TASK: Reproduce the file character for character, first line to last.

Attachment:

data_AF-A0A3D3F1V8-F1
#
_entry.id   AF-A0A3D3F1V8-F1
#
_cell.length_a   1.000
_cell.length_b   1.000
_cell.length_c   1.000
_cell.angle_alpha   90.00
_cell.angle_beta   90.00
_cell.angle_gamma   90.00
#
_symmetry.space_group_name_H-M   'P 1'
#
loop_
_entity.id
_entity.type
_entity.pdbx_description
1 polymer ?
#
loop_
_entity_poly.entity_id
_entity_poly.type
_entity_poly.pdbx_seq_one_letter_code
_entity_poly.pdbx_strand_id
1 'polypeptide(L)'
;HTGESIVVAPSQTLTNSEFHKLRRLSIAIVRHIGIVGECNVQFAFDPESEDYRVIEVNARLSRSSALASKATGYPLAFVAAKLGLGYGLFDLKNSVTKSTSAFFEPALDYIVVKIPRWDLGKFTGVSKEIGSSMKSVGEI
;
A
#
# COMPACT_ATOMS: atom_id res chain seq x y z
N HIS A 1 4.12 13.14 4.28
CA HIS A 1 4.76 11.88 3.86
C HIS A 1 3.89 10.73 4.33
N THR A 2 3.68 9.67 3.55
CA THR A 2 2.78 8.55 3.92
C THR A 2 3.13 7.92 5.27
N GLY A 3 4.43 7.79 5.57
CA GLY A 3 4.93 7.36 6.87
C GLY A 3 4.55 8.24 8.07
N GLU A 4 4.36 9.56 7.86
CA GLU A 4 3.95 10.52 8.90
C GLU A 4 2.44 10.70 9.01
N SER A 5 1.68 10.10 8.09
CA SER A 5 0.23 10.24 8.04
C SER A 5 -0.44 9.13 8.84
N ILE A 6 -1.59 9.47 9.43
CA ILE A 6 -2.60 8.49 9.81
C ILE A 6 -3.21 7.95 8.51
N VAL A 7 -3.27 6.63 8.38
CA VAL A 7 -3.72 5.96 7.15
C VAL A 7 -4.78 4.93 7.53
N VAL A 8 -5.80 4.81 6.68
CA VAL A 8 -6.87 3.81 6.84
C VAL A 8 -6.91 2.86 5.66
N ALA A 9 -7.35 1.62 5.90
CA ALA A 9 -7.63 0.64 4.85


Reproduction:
data_AF-A0A3D3F1V8-F1
#
_entry.id   AF-A0A3D3F1V8-F1
#
_cell.length_a   1.000
_cell.length_b   1.000
_cell.length_c   1.000
_cell.angle_alpha   90.00
_cell.angle_beta   90.00
_cell.angle_gamma   90.00
#
_symmetry.space_group_name_H-M   'P 1'
#
loop_
_entity.id
_entity.type
_entity.pdbx_description
1 polymer ?
#
loop_
_entity_poly.entity_id
_entity_poly.type
_entity_poly.pdbx_seq_one_letter_code
_entity_poly.pdbx_strand_id
1 'polypeptide(L)'
;HTGESIVVAPSQTLTNSEFHKLRRLSIAIVRHIGIVGECNVQFAFDPESEDYRVIEVNARLSRSSALASKATGYPLAFVAAKLGLGYGLFDLKNSVTKSTSAFFEPALDYIVVKIPRWDLGKFTGVSKEIGSSMKSVGEI
;
A
#
# COMPACT_ATOMS: atom_id res chain seq x y z
N HIS A 1 4.12 13.14 4.28
CA HIS A 1 4.76 11.88 3.86
C HIS A 1 3.89 10.73 4.33
N THR A 2 3.68 9.67 3.55
CA THR A 2 2.78 8.55 3.92
C THR A 2 3.13 7.92 5.27
N GLY A 3 4.43 7.79 5.57
CA GLY A 3 4.93 7.36 6.87
C GLY A 3 4.55 8.24 8.07
N GLU A 4 4.36 9.56 7.86
CA GLU A 4 3.95 10.52 8.90
C GLU A 4 2.44 10.70 9.01
N SER A 5 1.68 10.10 8.09
CA SER A 5 0.23 10.24 8.04
C SER A 5 -0.44 9.13 8.84
N ILE A 6 -1.59 9.47 9.43
CA ILE A 6 -2.60 8.49 9.81
C ILE A 6 -3.21 7.95 8.51
N VAL A 7 -3.27 6.63 8.38
CA VAL A 7 -3.72 5.96 7.15
C VAL A 7 -4.78 4.93 7.53
N VAL A 8 -5.80 4.81 6.68
CA VAL A 8 -6.87 3.81 6.84
C VAL A 8 -6.91 2.86 5.66
N ALA A 9 -7.35 1.62 5.90
CA ALA A 9 -7.63 0.64 4.85